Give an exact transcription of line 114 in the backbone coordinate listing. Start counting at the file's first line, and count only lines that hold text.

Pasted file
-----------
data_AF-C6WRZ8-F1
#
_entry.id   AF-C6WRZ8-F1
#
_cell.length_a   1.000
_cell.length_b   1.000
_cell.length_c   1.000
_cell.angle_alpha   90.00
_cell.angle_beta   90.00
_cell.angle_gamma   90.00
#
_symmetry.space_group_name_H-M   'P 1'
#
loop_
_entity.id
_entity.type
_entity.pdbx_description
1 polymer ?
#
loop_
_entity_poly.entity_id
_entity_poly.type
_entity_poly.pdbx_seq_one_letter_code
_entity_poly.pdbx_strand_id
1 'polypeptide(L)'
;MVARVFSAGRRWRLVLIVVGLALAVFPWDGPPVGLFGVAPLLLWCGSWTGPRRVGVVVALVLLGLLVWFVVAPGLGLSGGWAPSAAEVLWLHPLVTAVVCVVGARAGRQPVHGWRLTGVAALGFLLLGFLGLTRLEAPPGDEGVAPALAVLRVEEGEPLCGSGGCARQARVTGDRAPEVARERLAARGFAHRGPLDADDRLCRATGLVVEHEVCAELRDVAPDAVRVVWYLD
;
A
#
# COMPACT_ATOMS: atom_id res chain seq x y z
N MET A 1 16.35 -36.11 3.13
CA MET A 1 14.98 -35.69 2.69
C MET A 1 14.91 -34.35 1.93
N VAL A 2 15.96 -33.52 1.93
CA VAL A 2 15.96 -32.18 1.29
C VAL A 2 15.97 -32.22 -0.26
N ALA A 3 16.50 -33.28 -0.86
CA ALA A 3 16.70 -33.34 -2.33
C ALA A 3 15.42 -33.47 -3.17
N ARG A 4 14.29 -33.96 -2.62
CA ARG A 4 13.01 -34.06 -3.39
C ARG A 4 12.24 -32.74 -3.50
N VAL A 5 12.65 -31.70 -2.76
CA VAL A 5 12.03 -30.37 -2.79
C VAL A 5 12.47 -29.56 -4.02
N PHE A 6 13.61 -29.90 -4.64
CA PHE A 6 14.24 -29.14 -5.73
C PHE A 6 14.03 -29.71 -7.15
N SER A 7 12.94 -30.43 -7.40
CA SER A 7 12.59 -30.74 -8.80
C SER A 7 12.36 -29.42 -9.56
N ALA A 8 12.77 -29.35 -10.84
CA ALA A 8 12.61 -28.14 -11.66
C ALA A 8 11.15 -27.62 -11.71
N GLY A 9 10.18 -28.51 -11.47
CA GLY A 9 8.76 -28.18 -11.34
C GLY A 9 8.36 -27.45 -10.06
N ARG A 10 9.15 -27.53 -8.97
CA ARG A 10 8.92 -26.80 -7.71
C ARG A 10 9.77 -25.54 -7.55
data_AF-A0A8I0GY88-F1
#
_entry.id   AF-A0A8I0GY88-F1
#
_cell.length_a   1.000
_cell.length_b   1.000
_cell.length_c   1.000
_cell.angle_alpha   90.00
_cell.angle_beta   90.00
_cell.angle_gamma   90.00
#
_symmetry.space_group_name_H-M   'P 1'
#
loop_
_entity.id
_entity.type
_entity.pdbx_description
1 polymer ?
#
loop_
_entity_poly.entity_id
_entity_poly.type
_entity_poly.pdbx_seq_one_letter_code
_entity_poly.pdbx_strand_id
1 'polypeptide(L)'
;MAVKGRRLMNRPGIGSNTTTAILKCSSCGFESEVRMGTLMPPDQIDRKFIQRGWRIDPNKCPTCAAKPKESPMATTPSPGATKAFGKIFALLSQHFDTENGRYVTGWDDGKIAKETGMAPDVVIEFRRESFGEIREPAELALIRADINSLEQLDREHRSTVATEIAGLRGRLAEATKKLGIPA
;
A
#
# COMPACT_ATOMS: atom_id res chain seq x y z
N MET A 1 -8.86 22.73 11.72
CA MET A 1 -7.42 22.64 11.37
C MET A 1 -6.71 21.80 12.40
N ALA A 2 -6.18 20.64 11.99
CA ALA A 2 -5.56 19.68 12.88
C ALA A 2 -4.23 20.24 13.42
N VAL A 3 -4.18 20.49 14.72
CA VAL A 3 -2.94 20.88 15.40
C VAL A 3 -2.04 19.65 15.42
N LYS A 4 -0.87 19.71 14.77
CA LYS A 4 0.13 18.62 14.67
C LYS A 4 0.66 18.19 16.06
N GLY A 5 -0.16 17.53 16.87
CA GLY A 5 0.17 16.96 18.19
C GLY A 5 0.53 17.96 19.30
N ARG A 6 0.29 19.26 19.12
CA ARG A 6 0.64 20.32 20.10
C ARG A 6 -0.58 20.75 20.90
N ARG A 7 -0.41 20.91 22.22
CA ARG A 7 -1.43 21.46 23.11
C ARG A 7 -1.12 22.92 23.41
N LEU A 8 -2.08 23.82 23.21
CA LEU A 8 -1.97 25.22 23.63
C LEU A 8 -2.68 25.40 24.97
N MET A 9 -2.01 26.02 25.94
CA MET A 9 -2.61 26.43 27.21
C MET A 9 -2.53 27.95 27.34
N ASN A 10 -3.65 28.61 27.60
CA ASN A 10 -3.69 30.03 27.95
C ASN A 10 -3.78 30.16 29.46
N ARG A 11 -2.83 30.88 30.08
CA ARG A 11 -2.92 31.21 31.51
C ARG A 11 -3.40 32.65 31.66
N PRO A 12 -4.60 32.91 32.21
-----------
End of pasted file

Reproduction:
C LEU A 8 -2.68 25.40 24.97